Each summer, MatheBioU & MathExpLR (Mathematical Experience through Learning Research) holds a 6-8 week program at UCI for high school students and undergraduates. Students work with a PI on a computational biology research project. In addition, there will be weekly activities in skills development, including how to give presentations, or how to turn math into computer algorithms. By the end of the project all students will give a presentation about their research and submit an expository paper describing their work.
- Metabolic Symbiosis in Tumors (John Lowengrub Lab): determine conditions under which metabolic symbiosis is not only a manifestation of cancer heterogeneity, but a fundamental aspect of tumor survival.
- Chlamydia Cell Fate Regulation (German Enciso Lab): determine using modeling whether Chlamydia cell division is likely to be polar or binary, and what consequences this has in cell fate regulation.
- Actin Polymerization (Jun Allard Lab): study the protein formin and how its different spatial configurations affect its ability to elongate actin fibers.
- DNA Methylation in Gene Regulation (Elizabeth Read Lab): use stochastic modeling to describe the effect of gene methylation in protein network dynamics.
- Signal Transduction in Skin Cells (Stott Atwood Lab): use single-cell RNA sequencing data and tSNE to describe how skin cells respond to molecular signaling events.
Research projects by 2018 MathExpLR program high school students Sam Alber and Karen Chung have won several awards. Congratulations to Sam Alber and Karen Chung!
Sam Alber (supervised by center faculty member Elizabeth Read):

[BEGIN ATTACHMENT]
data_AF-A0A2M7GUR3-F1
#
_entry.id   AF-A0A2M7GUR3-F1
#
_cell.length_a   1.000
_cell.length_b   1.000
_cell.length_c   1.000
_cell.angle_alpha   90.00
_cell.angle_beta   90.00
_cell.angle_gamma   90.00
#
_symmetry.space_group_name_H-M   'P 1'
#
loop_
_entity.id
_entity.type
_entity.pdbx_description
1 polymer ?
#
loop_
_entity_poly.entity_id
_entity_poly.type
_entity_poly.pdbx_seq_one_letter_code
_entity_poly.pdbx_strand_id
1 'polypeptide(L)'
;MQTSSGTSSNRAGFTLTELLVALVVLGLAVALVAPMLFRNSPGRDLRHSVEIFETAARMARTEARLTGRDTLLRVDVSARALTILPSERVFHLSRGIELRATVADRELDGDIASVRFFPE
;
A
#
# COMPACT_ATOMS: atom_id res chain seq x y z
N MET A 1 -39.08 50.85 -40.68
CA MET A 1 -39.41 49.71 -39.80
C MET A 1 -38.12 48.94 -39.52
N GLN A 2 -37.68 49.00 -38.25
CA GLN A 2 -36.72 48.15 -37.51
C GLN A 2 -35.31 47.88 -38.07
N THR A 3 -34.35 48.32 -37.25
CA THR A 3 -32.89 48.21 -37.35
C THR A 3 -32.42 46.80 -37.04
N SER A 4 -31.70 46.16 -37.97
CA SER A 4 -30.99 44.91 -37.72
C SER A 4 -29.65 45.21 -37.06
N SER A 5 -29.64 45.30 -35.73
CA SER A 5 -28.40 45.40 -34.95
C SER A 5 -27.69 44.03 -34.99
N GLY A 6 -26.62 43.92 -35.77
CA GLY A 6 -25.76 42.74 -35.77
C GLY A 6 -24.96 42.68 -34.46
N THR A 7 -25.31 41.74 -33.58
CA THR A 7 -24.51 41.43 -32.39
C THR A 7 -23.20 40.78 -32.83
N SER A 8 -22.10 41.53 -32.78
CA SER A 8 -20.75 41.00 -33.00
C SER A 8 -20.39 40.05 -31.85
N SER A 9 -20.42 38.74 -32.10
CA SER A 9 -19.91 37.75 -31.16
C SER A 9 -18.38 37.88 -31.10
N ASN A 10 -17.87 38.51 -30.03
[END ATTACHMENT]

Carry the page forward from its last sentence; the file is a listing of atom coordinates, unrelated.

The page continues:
a) Blue Ribbon, Irvine Unified School District science fair, 2019
b) 2nd place for biochemistry, Orange County Science and Engineering Fair, 2019
Karen Chung (supervised by the center director Qing Nie):
a) Finalist, Southern California Junior Science & Humanities Symposium, 2019
b) Finalist, California Science Fair (CSEF), 2019
c) 3rd place in the Physiology/Medical Biology in Orange County Fair, 2019
d) A Special Award from American Association for Clinical Chemistry for project’s “contribution to health sciences”
The Junior Science and Humanities Symposia (JSHS) Program is a tri-service – U.S. Army, Navy, and Air Force – sponsored STEM competition which promotes original research and experimentation in the sciences, technology, engineering, and mathematics (STEM) at the high school level and publicly recognizes students for outstanding achievement. By connecting talented students, their teachers, and research professionals at affiliated symposia and by rewarding research excellence, JSHS aims to widen the pool of trained talent prepared to conduct research and development vital to our nation.